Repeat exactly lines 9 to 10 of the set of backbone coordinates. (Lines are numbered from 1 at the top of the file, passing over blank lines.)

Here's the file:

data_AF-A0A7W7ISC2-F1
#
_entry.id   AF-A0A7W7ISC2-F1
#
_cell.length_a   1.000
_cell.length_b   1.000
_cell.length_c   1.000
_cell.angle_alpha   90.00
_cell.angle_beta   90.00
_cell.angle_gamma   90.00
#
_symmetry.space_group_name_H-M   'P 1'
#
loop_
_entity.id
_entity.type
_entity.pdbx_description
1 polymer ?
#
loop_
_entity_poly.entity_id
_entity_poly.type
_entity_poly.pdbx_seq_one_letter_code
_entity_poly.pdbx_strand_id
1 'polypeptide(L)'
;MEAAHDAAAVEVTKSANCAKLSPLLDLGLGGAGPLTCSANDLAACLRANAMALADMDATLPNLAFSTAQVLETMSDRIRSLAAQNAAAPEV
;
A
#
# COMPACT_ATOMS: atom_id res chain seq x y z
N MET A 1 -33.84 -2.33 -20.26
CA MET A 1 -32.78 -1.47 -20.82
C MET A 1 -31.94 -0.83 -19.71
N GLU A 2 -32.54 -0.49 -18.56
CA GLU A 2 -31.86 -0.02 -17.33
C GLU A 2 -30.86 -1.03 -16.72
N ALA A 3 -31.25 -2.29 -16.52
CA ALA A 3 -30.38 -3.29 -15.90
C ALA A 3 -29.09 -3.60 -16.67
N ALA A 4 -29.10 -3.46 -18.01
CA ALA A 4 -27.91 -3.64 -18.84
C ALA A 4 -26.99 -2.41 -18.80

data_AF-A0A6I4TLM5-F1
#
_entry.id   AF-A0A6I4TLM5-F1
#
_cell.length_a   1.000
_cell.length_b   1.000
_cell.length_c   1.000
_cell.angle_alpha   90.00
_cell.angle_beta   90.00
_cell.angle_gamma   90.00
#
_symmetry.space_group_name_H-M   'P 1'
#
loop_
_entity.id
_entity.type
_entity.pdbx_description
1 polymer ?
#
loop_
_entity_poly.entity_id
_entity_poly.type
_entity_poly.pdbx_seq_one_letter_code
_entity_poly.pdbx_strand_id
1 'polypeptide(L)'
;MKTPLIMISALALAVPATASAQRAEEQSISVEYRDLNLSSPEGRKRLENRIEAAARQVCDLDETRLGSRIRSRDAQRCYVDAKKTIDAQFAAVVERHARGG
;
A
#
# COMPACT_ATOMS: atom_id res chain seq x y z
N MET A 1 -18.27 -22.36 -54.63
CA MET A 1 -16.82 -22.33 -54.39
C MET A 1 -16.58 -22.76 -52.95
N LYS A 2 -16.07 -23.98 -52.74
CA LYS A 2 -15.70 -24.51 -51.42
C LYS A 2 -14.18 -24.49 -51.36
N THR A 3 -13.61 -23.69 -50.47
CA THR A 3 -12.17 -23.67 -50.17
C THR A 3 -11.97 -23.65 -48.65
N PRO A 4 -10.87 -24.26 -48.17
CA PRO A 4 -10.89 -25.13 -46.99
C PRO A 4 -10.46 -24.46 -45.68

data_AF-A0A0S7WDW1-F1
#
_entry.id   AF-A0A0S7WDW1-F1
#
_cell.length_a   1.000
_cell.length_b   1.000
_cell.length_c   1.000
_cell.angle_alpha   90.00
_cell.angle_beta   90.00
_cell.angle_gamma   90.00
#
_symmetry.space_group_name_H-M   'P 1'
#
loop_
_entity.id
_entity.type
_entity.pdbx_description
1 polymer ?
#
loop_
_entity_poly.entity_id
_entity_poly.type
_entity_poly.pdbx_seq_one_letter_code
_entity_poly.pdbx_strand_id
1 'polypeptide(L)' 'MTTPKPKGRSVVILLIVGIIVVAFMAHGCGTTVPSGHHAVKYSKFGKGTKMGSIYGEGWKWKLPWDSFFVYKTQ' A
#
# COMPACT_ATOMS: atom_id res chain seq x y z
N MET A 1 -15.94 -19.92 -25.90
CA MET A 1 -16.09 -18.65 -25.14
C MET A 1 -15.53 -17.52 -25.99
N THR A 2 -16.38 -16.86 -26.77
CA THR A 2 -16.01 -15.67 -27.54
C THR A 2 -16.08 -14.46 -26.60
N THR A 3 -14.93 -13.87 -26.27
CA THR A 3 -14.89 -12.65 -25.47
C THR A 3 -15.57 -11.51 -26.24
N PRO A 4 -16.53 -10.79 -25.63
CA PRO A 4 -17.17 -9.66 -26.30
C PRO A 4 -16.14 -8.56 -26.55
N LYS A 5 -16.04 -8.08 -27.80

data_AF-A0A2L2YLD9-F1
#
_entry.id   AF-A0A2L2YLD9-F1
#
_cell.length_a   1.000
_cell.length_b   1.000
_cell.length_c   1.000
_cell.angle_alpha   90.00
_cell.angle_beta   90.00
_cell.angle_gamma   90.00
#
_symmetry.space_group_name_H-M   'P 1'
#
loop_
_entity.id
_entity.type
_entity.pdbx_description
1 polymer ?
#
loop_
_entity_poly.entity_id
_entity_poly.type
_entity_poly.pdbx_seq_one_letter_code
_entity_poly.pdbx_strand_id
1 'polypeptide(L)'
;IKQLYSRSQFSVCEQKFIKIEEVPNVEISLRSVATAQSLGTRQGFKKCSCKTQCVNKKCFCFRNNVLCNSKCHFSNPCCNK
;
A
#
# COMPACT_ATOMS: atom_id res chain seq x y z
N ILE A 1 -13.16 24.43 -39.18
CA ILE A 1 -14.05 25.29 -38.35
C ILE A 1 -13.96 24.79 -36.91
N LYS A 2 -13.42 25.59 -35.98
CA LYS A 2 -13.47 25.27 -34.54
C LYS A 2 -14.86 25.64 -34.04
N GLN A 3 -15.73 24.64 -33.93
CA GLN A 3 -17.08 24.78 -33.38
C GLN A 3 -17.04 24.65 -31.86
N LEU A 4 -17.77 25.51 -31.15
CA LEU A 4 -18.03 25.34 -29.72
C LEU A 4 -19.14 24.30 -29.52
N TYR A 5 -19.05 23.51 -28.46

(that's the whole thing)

_cell.angle_beta   90.00
_cell.angle_gamma   90.00